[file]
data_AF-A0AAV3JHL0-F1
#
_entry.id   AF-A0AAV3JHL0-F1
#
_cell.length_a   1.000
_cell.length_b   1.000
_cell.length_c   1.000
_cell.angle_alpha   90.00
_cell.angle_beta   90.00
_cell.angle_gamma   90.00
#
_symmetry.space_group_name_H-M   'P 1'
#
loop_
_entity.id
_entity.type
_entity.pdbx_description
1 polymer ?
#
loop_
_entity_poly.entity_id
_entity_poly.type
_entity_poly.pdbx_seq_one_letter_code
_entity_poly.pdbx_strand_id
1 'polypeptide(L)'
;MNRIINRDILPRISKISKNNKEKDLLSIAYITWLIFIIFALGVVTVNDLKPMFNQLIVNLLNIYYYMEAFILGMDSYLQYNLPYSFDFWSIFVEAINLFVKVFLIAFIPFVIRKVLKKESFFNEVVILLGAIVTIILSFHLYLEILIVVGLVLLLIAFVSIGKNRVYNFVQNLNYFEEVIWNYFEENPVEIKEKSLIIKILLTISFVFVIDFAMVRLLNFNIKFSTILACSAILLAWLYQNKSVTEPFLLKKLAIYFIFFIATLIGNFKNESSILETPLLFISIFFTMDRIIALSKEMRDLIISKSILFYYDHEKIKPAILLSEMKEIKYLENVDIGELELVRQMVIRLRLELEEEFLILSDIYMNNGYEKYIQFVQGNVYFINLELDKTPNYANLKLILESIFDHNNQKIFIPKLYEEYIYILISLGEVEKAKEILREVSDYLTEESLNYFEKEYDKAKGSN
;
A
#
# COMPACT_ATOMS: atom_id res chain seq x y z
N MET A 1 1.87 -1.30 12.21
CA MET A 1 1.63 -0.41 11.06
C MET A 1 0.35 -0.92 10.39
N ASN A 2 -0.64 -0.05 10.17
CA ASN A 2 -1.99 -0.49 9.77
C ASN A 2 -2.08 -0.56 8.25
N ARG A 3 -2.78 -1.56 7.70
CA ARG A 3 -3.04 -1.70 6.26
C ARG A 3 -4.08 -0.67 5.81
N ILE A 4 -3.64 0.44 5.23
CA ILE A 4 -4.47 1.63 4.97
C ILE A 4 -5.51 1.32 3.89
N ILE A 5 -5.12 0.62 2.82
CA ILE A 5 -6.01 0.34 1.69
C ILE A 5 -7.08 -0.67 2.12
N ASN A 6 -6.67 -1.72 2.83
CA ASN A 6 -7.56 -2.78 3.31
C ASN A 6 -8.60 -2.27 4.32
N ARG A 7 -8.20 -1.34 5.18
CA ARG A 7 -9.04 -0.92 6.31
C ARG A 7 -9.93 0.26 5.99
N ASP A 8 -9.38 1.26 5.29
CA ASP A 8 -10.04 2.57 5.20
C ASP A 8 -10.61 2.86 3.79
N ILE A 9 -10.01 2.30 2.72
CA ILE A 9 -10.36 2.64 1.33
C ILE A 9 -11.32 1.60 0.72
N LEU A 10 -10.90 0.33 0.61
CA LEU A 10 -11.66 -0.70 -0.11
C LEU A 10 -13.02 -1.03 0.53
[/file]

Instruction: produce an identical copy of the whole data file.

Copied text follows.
data_AF-A0AAV3JHL0-F1
#
_entry.id   AF-A0AAV3JHL0-F1
#
_cell.length_a   1.000
_cell.length_b   1.000
_cell.length_c   1.000
_cell.angle_alpha   90.00
_cell.angle_beta   90.00
_cell.angle_gamma   90.00
#
_symmetry.space_group_name_H-M   'P 1'
#
loop_
_entity.id
_entity.type
_entity.pdbx_description
1 polymer ?
#
loop_
_entity_poly.entity_id
_entity_poly.type
_entity_poly.pdbx_seq_one_letter_code
_entity_poly.pdbx_strand_id
1 'polypeptide(L)'
;MNRIINRDILPRISKISKNNKEKDLLSIAYITWLIFIIFALGVVTVNDLKPMFNQLIVNLLNIYYYMEAFILGMDSYLQYNLPYSFDFWSIFVEAINLFVKVFLIAFIPFVIRKVLKKESFFNEVVILLGAIVTIILSFHLYLEILIVVGLVLLLIAFVSIGKNRVYNFVQNLNYFEEVIWNYFEENPVEIKEKSLIIKILLTISFVFVIDFAMVRLLNFNIKFSTILACSAILLAWLYQNKSVTEPFLLKKLAIYFIFFIATLIGNFKNESSILETPLLFISIFFTMDRIIALSKEMRDLIISKSILFYYDHEKIKPAILLSEMKEIKYLENVDIGELELVRQMVIRLRLELEEEFLILSDIYMNNGYEKYIQFVQGNVYFINLELDKTPNYANLKLILESIFDHNNQKIFIPKLYEEYIYILISLGEVEKAKEILREVSDYLTEESLNYFEKEYDKAKGSN
;
A
#
# COMPACT_ATOMS: atom_id res chain seq x y z
N MET A 1 1.87 -1.30 12.21
CA MET A 1 1.63 -0.41 11.06
C MET A 1 0.35 -0.92 10.39
N ASN A 2 -0.64 -0.05 10.17
CA ASN A 2 -1.99 -0.49 9.77
C ASN A 2 -2.08 -0.56 8.25
N ARG A 3 -2.78 -1.56 7.70
CA ARG A 3 -3.04 -1.70 6.26
C ARG A 3 -4.08 -0.67 5.81
N ILE A 4 -3.64 0.44 5.23
CA ILE A 4 -4.47 1.63 4.97
C ILE A 4 -5.51 1.32 3.89
N ILE A 5 -5.12 0.62 2.82
CA ILE A 5 -6.01 0.34 1.69
C ILE A 5 -7.08 -0.67 2.12
N ASN A 6 -6.67 -1.72 2.83
CA ASN A 6 -7.56 -2.78 3.31
C ASN A 6 -8.60 -2.27 4.32
N ARG A 7 -8.20 -1.34 5.18
CA ARG A 7 -9.04 -0.92 6.31
C ARG A 7 -9.93 0.26 5.99
N ASP A 8 -9.38 1.26 5.29
CA ASP A 8 -10.04 2.57 5.20
C ASP A 8 -10.61 2.86 3.79
N ILE A 9 -10.01 2.30 2.72
CA ILE A 9 -10.36 2.64 1.33
C ILE A 9 -11.32 1.60 0.72
N LEU A 10 -10.90 0.33 0.61
CA LEU A 10 -11.66 -0.70 -0.11
C LEU A 10 -13.02 -1.03 0.53